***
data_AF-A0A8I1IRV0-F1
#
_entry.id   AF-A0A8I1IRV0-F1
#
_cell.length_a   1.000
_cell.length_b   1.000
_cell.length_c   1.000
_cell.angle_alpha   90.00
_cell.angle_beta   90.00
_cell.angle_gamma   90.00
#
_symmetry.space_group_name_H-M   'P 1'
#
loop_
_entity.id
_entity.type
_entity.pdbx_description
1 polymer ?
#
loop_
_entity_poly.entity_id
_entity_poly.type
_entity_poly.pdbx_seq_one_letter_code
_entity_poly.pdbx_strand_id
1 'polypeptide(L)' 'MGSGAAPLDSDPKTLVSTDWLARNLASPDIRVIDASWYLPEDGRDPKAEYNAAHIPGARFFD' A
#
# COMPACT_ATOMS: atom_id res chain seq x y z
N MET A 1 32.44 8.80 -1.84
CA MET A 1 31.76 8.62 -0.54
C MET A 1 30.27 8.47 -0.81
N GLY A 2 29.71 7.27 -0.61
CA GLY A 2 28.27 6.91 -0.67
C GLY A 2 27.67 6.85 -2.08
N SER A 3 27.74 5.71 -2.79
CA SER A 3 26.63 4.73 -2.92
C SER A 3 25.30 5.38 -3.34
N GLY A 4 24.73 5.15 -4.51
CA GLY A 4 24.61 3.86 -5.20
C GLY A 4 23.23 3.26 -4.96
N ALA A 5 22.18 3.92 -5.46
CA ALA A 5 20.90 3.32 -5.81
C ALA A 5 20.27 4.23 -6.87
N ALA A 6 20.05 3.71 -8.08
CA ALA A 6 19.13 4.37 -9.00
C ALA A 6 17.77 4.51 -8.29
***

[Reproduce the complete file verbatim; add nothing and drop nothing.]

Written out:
data_AF-A0A8I1IRV0-F1
#
_entry.id   AF-A0A8I1IRV0-F1
#
_cell.length_a   1.000
_cell.length_b   1.000
_cell.length_c   1.000
_cell.angle_alpha   90.00
_cell.angle_beta   90.00
_cell.angle_gamma   90.00
#
_symmetry.space_group_name_H-M   'P 1'
#
loop_
_entity.id
_entity.type
_entity.pdbx_description
1 polymer ?
#
loop_
_entity_poly.entity_id
_entity_poly.type
_entity_poly.pdbx_seq_one_letter_code
_entity_poly.pdbx_strand_id
1 'polypeptide(L)' 'MGSGAAPLDSDPKTLVSTDWLARNLASPDIRVIDASWYLPEDGRDPKAEYNAAHIPGARFFD' A
#
# COMPACT_ATOMS: atom_id res chain seq x y z
N MET A 1 32.44 8.80 -1.84
CA MET A 1 31.76 8.62 -0.54
C MET A 1 30.27 8.47 -0.81
N GLY A 2 29.71 7.27 -0.61
CA GLY A 2 28.27 6.91 -0.67
C GLY A 2 27.67 6.85 -2.08
N SER A 3 27.74 5.71 -2.79
CA SER A 3 26.63 4.73 -2.92
C SER A 3 25.30 5.38 -3.34
N GLY A 4 24.73 5.15 -4.51
CA GLY A 4 24.61 3.86 -5.20
C GLY A 4 23.23 3.26 -4.96
N ALA A 5 22.18 3.92 -5.46
CA ALA A 5 20.90 3.32 -5.81
C ALA A 5 20.27 4.23 -6.87
N ALA A 6 20.05 3.71 -8.08
CA ALA A 6 19.13 4.37 -9.00
C ALA A 6 17.77 4.51 -8.29